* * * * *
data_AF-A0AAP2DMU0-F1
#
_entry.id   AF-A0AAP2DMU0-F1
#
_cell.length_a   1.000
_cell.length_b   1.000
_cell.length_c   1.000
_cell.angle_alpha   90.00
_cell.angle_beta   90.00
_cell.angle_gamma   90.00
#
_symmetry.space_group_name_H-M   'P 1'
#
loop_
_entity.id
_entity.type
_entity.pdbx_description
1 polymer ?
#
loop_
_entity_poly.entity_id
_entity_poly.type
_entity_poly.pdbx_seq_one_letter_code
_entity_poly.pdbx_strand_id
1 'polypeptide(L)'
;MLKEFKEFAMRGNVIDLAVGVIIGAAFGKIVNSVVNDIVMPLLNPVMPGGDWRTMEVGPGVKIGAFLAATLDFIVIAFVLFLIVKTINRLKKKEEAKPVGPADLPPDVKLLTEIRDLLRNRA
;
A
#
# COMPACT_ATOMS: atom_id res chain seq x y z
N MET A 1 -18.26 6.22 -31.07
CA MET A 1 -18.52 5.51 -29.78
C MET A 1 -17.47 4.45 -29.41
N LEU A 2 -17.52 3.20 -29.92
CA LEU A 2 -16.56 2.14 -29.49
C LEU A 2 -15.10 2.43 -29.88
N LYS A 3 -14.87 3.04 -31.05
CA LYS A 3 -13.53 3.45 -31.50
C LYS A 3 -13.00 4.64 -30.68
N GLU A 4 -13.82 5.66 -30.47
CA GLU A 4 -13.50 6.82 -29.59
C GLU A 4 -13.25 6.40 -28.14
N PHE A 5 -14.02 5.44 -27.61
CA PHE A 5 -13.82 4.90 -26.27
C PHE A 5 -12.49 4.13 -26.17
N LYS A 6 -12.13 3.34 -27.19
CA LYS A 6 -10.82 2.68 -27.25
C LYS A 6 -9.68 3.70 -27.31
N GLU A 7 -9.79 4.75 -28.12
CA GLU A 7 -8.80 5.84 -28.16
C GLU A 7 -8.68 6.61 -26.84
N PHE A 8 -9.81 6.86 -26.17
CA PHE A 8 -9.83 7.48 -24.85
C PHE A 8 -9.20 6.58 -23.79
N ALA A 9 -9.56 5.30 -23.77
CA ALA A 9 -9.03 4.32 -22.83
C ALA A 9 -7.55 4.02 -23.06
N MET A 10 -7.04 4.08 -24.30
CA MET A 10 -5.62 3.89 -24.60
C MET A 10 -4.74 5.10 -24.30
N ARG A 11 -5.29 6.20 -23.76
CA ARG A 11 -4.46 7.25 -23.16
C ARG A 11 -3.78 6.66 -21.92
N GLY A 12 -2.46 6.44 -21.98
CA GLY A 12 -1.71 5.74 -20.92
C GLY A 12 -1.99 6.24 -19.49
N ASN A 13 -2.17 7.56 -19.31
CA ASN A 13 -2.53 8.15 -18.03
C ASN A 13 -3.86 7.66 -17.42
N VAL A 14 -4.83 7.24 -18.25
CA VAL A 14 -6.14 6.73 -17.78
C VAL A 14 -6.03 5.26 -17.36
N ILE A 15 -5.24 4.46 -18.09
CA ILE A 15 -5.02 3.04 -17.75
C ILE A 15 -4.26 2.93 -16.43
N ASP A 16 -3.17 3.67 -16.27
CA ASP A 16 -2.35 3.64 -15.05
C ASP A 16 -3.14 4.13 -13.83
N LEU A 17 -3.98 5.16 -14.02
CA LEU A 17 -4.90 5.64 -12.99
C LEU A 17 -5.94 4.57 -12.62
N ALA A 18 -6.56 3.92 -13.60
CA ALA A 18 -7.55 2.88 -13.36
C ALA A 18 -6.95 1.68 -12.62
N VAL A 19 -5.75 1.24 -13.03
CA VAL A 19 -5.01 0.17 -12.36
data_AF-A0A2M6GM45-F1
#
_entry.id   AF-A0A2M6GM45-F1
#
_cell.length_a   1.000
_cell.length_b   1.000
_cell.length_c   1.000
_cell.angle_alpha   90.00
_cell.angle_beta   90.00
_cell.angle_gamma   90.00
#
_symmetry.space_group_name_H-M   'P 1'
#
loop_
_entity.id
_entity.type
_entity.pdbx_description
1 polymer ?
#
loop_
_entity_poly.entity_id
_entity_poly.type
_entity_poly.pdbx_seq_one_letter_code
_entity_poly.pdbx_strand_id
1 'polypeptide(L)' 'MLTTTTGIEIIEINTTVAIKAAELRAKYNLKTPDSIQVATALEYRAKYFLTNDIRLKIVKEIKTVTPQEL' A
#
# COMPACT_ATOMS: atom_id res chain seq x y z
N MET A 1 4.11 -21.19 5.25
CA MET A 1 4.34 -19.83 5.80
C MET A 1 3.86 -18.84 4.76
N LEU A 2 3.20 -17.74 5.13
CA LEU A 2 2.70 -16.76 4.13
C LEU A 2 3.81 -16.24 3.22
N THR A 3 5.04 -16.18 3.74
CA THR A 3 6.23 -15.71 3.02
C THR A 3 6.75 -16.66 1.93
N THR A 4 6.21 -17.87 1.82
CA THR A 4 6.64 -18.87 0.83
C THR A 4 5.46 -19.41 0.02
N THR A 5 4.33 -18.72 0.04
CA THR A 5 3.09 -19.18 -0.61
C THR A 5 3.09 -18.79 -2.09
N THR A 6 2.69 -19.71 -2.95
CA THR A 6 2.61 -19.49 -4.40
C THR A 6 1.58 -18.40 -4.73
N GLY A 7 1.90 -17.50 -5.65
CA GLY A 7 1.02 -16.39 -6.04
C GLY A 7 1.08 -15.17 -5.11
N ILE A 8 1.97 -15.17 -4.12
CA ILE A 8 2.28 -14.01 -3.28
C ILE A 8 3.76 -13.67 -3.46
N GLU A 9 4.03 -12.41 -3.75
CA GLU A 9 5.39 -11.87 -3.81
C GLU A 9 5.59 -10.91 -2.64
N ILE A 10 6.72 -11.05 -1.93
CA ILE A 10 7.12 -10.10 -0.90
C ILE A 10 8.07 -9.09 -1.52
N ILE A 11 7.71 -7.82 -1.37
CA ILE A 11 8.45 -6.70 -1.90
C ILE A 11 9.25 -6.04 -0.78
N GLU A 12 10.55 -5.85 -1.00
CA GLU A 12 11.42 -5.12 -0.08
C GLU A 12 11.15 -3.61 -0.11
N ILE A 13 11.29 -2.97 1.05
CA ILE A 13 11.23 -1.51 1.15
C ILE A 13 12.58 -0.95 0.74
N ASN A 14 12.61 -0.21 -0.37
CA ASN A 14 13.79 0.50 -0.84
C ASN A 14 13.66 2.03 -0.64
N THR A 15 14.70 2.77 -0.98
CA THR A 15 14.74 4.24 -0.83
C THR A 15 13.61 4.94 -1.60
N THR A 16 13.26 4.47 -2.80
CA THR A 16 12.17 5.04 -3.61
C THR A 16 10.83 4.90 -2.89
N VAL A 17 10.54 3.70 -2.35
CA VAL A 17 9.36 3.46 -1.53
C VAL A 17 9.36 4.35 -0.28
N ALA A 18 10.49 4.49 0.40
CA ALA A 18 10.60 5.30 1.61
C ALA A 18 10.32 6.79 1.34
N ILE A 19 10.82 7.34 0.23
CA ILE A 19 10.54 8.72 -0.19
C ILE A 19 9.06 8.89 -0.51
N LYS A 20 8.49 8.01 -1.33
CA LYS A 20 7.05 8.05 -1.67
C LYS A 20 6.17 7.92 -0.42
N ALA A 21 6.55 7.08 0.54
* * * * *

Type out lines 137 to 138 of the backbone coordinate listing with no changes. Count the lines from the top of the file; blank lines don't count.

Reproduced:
C ILE A 8 3.76 -13.67 -3.46
N GLU A 9 4.03 -12.41 -3.75